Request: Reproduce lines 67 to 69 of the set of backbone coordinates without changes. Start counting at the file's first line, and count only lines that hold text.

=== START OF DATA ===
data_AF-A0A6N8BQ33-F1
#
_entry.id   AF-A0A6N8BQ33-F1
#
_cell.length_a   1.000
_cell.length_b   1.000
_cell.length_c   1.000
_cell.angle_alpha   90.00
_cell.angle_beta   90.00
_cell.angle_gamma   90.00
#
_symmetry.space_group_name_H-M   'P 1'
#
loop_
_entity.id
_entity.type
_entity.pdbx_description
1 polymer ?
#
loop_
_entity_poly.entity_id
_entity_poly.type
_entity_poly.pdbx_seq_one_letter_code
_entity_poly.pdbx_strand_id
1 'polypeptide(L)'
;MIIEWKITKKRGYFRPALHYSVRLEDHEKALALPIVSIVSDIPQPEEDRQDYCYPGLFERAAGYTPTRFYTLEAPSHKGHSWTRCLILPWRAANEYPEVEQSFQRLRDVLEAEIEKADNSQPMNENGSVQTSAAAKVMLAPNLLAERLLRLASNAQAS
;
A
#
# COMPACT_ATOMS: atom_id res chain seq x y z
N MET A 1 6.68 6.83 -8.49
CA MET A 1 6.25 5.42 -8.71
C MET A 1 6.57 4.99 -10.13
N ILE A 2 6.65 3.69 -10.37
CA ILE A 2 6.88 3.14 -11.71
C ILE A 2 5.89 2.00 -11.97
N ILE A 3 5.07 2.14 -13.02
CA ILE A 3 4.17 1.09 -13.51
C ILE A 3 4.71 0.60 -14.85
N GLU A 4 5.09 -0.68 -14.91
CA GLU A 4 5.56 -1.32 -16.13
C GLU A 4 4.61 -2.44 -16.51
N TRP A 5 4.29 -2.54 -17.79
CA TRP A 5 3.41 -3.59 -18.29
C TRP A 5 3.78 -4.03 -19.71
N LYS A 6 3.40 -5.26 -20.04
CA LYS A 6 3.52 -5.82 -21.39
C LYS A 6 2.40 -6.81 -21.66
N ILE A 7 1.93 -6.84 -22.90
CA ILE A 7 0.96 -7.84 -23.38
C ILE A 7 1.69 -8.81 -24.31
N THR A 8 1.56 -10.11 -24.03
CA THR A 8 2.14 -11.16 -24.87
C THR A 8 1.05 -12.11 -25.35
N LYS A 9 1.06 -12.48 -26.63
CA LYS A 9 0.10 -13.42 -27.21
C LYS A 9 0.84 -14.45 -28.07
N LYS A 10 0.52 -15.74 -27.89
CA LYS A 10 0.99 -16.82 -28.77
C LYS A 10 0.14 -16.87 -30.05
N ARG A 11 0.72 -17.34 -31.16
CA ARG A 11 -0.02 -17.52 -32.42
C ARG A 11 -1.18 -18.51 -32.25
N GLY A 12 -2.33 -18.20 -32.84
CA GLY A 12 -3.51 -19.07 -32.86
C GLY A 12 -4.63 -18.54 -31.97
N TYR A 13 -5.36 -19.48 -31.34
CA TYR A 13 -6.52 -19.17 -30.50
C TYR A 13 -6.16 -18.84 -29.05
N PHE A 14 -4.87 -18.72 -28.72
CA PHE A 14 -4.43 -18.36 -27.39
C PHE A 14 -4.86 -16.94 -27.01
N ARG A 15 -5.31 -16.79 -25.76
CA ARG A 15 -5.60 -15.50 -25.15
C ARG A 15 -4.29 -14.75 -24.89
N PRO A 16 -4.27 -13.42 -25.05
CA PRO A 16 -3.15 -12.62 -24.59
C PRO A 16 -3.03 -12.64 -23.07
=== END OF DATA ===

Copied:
N TYR A 13 -5.36 -19.48 -31.34
CA TYR A 13 -6.52 -19.17 -30.50
C TYR A 13 -6.16 -18.84 -29.05